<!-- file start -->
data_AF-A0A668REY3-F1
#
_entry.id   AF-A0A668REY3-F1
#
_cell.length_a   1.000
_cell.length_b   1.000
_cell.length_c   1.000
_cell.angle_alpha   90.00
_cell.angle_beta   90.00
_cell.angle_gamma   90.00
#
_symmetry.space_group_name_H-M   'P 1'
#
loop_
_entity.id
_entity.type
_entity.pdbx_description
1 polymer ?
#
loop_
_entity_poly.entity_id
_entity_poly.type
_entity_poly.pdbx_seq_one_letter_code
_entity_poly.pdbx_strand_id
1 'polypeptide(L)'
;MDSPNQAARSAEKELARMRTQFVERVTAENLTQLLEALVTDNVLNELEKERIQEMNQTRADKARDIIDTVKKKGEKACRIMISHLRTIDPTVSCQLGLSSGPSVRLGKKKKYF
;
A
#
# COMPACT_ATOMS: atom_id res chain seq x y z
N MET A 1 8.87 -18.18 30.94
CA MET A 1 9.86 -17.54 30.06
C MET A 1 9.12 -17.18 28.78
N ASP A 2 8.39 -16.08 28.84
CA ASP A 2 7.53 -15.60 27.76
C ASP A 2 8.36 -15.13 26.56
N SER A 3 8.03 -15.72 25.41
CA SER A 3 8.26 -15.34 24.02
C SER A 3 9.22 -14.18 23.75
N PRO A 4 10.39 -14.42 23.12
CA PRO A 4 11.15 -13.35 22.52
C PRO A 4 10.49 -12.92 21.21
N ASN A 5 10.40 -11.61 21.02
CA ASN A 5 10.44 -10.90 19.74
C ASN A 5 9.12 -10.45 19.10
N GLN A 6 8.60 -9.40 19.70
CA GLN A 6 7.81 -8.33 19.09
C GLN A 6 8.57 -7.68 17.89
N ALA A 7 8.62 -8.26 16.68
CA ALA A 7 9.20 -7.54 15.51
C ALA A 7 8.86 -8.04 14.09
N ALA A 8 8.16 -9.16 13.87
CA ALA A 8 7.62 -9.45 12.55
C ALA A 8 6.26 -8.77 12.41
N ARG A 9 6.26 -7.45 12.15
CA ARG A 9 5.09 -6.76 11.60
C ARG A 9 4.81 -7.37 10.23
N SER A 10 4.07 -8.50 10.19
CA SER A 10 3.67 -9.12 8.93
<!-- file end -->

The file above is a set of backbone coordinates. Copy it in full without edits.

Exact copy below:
data_AF-A0A668REY3-F1
#
_entry.id   AF-A0A668REY3-F1
#
_cell.length_a   1.000
_cell.length_b   1.000
_cell.length_c   1.000
_cell.angle_alpha   90.00
_cell.angle_beta   90.00
_cell.angle_gamma   90.00
#
_symmetry.space_group_name_H-M   'P 1'
#
loop_
_entity.id
_entity.type
_entity.pdbx_description
1 polymer ?
#
loop_
_entity_poly.entity_id
_entity_poly.type
_entity_poly.pdbx_seq_one_letter_code
_entity_poly.pdbx_strand_id
1 'polypeptide(L)'
;MDSPNQAARSAEKELARMRTQFVERVTAENLTQLLEALVTDNVLNELEKERIQEMNQTRADKARDIIDTVKKKGEKACRIMISHLRTIDPTVSCQLGLSSGPSVRLGKKKKYF
;
A
#
# COMPACT_ATOMS: atom_id res chain seq x y z
N MET A 1 8.87 -18.18 30.94
CA MET A 1 9.86 -17.54 30.06
C MET A 1 9.12 -17.18 28.78
N ASP A 2 8.39 -16.08 28.84
CA ASP A 2 7.53 -15.60 27.76
C ASP A 2 8.36 -15.13 26.56
N SER A 3 8.03 -15.72 25.41
CA SER A 3 8.26 -15.34 24.02
C SER A 3 9.22 -14.18 23.75
N PRO A 4 10.39 -14.42 23.12
CA PRO A 4 11.15 -13.35 22.52
C PRO A 4 10.49 -12.92 21.21
N ASN A 5 10.40 -11.61 21.02
CA ASN A 5 10.44 -10.90 19.74
C ASN A 5 9.12 -10.45 19.10
N GLN A 6 8.60 -9.40 19.70
CA GLN A 6 7.81 -8.33 19.09
C GLN A 6 8.57 -7.68 17.89
N ALA A 7 8.62 -8.26 16.68
CA ALA A 7 9.20 -7.54 15.51
C ALA A 7 8.86 -8.04 14.09
N ALA A 8 8.16 -9.16 13.87
CA ALA A 8 7.62 -9.45 12.55
C ALA A 8 6.26 -8.77 12.41
N ARG A 9 6.26 -7.45 12.15
CA ARG A 9 5.09 -6.76 11.60
C ARG A 9 4.81 -7.37 10.23
N SER A 10 4.07 -8.50 10.19
CA SER A 10 3.67 -9.12 8.93